keywords = "Extracorporeal Shock Wave Therapy, Focused Shock Wave, Function Outcome, Lower Limb, Radial Shock Wave, Tendinopathy",
author = "Liao, {Chun De} and Tsauo, {Jau Yih} and Chen, {Hung Chou} and Liou, {Tsan Hon}",
year = "2018",
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language = "English",
volume = "97",
pages = "605--619",
journal = "American Journal of Physical Medicine and Rehabilitation",
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TY - JOUR

T1 - Efficacy of Extracorporeal Shock Wave Therapy for Lower-Limb Tendinopathy

T2 - A Meta-analysis of Randomized Controlled Trials

AU - Liao, Chun De

AU - Tsauo, Jau Yih

AU - Chen, Hung Chou

AU - Liou, Tsan Hon

PY - 2018/9/1

Y1 - 2018/9/1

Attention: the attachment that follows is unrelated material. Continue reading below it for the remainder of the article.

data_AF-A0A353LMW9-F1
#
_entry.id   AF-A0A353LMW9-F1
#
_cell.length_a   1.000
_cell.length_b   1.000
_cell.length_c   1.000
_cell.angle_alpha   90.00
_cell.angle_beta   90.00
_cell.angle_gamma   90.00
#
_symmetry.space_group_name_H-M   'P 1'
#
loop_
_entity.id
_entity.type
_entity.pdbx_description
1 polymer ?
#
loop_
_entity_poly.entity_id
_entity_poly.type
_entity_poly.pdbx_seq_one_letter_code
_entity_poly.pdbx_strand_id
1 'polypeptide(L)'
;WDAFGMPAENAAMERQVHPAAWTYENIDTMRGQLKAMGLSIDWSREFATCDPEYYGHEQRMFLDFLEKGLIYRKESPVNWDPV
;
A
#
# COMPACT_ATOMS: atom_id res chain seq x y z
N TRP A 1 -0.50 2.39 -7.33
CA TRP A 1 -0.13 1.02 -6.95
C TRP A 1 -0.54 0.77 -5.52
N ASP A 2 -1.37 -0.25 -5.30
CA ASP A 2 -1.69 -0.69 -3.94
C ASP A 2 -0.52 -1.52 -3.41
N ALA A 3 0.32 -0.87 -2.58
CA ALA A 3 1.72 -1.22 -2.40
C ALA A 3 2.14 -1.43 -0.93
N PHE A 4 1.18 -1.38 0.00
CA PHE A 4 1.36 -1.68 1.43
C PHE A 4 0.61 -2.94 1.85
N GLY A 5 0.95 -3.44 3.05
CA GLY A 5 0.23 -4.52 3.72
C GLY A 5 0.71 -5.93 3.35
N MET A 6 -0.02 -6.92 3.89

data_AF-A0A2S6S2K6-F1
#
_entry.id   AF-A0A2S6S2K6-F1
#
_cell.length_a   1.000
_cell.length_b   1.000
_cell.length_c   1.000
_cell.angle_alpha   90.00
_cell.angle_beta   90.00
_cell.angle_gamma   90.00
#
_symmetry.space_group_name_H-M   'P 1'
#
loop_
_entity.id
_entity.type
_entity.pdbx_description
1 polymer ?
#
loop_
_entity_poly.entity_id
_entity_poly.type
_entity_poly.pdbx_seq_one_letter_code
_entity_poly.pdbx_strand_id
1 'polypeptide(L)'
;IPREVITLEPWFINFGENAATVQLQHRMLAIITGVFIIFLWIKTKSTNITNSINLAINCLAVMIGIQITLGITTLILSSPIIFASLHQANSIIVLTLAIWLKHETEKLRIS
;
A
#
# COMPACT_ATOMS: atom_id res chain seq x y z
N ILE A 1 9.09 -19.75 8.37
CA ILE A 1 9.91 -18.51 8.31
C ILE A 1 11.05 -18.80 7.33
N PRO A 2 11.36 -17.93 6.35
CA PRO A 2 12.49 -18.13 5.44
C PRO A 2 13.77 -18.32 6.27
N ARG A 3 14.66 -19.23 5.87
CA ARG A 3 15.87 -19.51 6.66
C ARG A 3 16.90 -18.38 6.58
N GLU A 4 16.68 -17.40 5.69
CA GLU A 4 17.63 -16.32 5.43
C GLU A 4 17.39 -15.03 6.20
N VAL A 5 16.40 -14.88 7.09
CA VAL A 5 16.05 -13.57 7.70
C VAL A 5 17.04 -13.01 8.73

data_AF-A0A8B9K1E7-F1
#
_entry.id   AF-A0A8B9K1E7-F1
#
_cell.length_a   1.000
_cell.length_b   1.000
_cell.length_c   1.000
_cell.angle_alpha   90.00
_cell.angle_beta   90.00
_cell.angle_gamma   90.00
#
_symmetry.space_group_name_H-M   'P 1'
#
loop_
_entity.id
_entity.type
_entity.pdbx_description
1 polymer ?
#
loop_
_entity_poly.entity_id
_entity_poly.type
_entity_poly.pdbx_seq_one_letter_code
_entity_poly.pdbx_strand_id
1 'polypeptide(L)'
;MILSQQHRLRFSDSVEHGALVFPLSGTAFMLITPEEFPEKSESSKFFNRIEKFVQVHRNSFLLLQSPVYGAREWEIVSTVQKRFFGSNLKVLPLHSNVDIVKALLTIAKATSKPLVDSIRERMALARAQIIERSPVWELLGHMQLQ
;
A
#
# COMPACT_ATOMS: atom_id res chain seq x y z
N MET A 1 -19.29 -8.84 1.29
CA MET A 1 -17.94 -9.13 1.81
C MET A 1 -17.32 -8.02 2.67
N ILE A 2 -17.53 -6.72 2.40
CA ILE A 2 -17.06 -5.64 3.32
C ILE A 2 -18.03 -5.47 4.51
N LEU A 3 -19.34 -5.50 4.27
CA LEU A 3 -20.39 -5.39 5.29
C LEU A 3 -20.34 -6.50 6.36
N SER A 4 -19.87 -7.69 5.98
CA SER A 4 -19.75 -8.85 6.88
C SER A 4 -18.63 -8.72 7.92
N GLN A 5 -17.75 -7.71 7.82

N2 - Objective Extracorporeal shock wave therapy, including radial shock wave and focused shock wave types, is widely used for managing tendinopathies. The difference in efficacy between the 2 shock wave characteristics with different dosage levels remains controversial, and the purpose of this meta-analysis was to examine it for patients with lower-limb tendinopathy. Design A comprehensive search of online databases and search engines was performed. This study included randomized controlled trials reporting the efficacy of extracorporeal shock wave therapy in treating lower-limb tendinopathy. The included randomized controlled trials were subjected to a meta-analysis and risk of bias assessment. Results In total, 29 randomized controlled trials were included, all of which had a good methodological quality, with a PEDro score of ≥6/10. General extracorporeal shock wave therapy showed significant effects at the immediate follow-up [pain score: standardized mean difference =-1.41, 95% confidence interval =-2.01 to-0.82, P < 0.00001; function: standardized mean difference = 2.59, 95% confidence interval = 1.54 to 3.64, P < 0.00001] as well as at 3, 6, and ≥12 months. In sequence, high-dosage focused shock wave, high-dosage radial shock wave, and low-dosage radial shock wave had superior pooled effects on overall clinical outcomes. Conclusions Extracorporeal shock wave therapy exerted a positive overall effect on pain and function for lower-limb tendinopathy. Shock wave types and dosage levels may have different contributions to treatment efficacy. To Claim CME Credits Complete the self-assessment activity and evaluation online at http://www.physiatry.org/JournalCME CME objectives Upon completion of this article, the reader should be able to: (1) Describe benefits of extracorporeal shock wave therapy for individuals with lower-limb tendinopathy; (2) Understand the impact of dosing and type of extracorporeal shock wave therapy has on treatment efficacy; and (3) Identify appropriate indications for incorporating extracorporeal shock wave therapy into the treatment plan for patients with lower-limb tendinopathy. Level Advanced Accreditation The Association of Academic Physiatrists is accredited by the Accreditation Council for Continuing Medical Education to provide continuing medical education for physicians. The Association of Academic Physiatrists designates this Journal-based CME activity for a maximum of 1.0 AMA PRA Category 1 Credit(s)™. Physicians should only claim credit commensurate with the extent of their participation in the activity.